Aspects of the hydrologic and sediment regimes of the Muskeg River basin and the consequences of vegetation removal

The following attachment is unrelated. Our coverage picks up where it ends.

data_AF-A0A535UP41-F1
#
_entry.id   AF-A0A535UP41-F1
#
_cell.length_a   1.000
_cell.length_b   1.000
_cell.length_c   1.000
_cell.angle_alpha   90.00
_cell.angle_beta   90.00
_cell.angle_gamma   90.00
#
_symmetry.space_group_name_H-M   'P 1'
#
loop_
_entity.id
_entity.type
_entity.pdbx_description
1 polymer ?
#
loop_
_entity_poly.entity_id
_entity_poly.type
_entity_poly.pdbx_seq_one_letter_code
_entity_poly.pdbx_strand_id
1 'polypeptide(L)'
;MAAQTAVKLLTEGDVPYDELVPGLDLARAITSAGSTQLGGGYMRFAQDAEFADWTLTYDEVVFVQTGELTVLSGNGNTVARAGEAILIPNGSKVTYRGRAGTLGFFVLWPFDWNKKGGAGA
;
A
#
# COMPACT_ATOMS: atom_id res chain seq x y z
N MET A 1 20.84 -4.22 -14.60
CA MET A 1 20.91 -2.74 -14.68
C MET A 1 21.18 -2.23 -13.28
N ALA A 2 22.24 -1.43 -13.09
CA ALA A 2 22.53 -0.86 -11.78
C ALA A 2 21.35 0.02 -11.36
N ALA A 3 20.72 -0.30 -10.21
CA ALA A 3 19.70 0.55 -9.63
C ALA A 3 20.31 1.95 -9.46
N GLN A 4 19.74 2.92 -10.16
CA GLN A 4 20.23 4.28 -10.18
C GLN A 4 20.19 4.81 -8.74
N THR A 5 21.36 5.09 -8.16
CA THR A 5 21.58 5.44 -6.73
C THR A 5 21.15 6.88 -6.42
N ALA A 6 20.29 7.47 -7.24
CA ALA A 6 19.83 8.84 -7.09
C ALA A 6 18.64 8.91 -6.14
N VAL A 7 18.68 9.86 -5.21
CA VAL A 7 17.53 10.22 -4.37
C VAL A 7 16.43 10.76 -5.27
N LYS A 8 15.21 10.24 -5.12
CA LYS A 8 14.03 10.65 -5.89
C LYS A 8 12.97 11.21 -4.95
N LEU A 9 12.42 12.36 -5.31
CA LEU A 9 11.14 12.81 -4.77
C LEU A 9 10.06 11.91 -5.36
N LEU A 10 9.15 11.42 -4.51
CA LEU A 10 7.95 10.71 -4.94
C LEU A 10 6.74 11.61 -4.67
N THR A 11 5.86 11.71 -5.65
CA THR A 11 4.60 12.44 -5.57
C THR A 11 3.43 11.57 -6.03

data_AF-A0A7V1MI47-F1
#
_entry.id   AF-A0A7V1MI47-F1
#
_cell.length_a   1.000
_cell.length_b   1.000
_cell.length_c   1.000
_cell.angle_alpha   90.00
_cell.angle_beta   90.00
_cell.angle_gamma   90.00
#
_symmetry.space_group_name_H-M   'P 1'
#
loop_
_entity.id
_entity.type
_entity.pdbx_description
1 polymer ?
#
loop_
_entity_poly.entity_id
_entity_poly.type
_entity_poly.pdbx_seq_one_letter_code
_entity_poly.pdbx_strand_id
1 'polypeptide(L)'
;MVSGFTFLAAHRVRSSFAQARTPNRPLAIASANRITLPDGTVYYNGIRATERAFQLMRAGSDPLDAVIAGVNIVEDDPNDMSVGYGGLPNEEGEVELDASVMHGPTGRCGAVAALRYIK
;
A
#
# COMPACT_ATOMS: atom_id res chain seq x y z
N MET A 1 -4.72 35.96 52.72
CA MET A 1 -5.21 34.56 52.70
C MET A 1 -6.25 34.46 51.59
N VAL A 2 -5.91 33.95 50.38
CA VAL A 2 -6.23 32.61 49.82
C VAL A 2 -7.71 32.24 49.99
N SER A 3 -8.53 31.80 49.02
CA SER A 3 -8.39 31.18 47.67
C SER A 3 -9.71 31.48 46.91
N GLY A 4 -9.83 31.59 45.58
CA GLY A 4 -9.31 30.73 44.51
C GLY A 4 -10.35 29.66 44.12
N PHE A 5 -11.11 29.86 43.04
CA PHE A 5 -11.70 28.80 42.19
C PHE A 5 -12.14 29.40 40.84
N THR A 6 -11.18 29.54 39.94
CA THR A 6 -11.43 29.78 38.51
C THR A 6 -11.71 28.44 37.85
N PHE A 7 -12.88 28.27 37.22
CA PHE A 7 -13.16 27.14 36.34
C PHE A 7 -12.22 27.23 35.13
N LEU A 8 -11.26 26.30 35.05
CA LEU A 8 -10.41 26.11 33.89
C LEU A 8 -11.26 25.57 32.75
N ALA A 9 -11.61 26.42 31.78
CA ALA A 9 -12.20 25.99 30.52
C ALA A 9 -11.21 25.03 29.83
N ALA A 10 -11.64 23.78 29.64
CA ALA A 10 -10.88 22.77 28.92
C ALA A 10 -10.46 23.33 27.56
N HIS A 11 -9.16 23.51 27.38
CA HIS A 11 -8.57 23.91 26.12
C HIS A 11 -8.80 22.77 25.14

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  • In a near-natural state the aptly named 1520 km2 Muskeg River basin in northeastern Alberta has an average annual water yield of 94 mm, (20 percent of the precipitation), and an average annual sediment yield of 3210 tonnes (2.20 t/km2) which is derived almost exclusively from channel and riparian sources. The goals of this investigation were to describe the present hydrologic and sediment regimes and to predict the consequences of surface disturbances which precede oil sands mining. Runoff plots were established in three representative surficial material areas to measure runoff and sediment yields from small denuded sites so as to develop runoff and sediment yield models. Runoff lot responses to summer convectional showers stripping of the muskeg cover will result in response to rainstorms and a major increase in upland erosion. However, because of the limited number of rainfall events during the study period, the rainfall-runoff relationships are not statistically significant. Sediment yield is reasonably well predicted by the Universal Soil Loss Equation (USLE), using a single storm approach. On fine-textured ground moraine deposits, which cover the southeastern half of the basin, over half the incident precipitation from the largest rainfall event was routed as surface runoff. Average annual sediment yields were predicted to be in the order of thousands of tonnes per km2, depending on actual site conditions. In the sandy outwash areas about 98 percent of the incident precipitation is infiltrated, and average annual sediment yields are predicted to be in the order of tens to hundreds of tonnes per km2, depending on actual site conditions.

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